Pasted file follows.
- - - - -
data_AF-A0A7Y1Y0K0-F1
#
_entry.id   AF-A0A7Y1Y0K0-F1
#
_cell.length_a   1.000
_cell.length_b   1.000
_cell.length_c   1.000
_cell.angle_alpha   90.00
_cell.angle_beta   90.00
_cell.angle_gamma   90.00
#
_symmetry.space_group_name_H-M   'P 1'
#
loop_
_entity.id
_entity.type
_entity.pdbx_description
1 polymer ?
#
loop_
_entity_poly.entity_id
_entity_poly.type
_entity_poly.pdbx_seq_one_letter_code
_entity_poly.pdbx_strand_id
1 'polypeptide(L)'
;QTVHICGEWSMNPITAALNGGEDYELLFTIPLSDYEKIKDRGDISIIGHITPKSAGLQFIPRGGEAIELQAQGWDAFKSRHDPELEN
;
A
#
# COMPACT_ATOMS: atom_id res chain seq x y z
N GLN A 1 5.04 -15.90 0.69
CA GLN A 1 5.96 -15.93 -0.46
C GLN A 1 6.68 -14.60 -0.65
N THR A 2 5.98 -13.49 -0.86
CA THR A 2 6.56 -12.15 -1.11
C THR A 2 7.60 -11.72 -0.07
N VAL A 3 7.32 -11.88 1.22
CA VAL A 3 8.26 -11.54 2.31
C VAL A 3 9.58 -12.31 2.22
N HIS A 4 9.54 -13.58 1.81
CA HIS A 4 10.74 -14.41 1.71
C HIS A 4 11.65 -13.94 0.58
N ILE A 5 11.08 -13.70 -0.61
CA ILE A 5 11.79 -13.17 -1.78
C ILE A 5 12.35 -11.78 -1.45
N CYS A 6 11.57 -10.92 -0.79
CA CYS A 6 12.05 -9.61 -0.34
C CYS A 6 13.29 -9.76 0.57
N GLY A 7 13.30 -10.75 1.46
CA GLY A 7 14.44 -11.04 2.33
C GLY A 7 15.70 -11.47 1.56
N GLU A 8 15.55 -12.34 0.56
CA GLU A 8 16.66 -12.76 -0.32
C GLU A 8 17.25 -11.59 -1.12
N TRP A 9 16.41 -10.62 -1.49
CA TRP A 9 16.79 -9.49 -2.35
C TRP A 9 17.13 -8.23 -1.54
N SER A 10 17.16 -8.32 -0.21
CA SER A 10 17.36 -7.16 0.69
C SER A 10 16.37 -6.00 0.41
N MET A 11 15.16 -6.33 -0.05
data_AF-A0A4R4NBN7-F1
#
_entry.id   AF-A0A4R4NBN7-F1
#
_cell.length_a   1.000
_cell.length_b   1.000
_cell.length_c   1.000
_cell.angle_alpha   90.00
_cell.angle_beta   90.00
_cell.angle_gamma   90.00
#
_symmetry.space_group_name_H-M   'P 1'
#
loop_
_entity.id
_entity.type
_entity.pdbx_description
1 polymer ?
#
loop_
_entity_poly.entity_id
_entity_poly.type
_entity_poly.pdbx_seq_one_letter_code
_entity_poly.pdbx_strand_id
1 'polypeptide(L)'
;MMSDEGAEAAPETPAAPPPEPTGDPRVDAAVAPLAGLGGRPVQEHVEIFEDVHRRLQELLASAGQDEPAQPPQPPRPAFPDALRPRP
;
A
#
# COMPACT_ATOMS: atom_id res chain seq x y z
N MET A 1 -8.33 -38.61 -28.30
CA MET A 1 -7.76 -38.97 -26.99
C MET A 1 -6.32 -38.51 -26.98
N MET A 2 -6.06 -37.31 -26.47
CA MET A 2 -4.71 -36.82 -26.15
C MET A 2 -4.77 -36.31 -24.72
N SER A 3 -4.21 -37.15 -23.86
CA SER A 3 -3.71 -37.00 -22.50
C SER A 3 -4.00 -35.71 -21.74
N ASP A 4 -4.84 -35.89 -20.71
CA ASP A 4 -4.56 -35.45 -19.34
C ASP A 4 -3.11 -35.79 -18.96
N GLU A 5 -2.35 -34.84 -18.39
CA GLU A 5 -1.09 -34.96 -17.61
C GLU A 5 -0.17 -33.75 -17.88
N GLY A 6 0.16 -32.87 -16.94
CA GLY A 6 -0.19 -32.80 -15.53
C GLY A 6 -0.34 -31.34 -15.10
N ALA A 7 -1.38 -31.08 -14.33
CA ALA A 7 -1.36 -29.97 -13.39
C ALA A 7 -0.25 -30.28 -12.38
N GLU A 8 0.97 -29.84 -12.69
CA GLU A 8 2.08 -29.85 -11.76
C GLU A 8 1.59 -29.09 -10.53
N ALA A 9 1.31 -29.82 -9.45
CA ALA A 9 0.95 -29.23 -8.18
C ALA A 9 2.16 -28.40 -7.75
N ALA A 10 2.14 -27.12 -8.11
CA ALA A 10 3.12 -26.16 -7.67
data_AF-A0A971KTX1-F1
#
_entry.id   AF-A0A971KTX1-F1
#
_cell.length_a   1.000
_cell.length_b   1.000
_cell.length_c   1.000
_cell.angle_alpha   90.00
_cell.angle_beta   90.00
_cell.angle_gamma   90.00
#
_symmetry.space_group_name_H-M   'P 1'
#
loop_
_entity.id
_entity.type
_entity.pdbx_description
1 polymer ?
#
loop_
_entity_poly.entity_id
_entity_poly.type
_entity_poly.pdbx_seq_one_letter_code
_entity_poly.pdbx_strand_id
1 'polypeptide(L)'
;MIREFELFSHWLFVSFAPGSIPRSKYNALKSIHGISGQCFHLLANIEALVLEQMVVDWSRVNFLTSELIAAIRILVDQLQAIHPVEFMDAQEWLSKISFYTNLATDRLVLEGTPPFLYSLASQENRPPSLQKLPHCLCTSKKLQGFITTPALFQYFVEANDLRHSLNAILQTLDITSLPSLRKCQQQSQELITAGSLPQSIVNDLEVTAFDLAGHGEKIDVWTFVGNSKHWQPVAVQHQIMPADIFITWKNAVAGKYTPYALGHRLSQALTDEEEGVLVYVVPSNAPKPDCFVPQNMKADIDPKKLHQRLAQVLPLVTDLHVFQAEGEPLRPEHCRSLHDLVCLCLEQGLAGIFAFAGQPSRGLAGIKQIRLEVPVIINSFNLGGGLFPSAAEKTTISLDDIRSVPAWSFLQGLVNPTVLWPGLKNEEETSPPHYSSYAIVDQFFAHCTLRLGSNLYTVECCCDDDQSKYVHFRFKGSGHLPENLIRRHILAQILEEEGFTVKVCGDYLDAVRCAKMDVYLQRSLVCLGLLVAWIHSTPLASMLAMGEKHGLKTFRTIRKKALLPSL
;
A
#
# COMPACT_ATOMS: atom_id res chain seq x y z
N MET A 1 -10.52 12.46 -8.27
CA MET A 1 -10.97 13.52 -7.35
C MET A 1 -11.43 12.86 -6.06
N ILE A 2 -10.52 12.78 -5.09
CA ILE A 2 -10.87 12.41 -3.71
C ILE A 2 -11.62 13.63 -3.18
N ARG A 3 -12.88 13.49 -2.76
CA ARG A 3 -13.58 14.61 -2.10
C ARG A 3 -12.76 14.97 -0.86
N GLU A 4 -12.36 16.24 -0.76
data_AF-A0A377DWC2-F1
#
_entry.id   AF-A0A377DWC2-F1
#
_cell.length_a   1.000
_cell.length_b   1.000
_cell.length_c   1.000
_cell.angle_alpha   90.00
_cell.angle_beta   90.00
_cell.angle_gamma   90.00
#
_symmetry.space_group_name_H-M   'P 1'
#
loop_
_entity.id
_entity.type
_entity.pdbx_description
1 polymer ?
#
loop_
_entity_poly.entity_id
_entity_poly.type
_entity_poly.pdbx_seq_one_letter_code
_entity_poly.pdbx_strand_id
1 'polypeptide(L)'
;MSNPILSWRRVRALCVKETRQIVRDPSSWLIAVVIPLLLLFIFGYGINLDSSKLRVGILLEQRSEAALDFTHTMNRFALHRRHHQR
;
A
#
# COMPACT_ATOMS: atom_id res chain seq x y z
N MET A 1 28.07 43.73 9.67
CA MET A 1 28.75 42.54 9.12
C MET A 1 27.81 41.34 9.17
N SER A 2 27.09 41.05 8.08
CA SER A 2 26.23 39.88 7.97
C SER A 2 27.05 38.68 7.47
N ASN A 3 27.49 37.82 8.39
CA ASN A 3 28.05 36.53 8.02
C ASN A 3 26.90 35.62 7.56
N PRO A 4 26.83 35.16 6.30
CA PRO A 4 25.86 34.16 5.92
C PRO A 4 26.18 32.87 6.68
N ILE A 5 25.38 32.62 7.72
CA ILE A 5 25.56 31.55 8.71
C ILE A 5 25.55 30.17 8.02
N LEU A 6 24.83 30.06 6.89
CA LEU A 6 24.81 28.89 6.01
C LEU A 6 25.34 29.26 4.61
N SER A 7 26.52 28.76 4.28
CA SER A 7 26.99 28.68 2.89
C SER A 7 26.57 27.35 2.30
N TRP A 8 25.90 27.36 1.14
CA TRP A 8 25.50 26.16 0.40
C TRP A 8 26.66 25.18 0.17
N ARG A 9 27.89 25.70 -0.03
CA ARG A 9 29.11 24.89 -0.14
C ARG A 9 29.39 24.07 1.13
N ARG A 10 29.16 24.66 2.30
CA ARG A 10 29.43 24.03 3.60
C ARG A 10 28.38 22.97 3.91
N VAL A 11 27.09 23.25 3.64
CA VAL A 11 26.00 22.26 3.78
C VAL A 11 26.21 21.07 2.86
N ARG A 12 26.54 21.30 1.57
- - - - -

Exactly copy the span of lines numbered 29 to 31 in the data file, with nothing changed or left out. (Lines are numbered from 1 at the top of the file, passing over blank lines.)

#
# COMPACT_ATOMS: atom_id res chain seq x y z
N GLN A 1 5.04 -15.90 0.69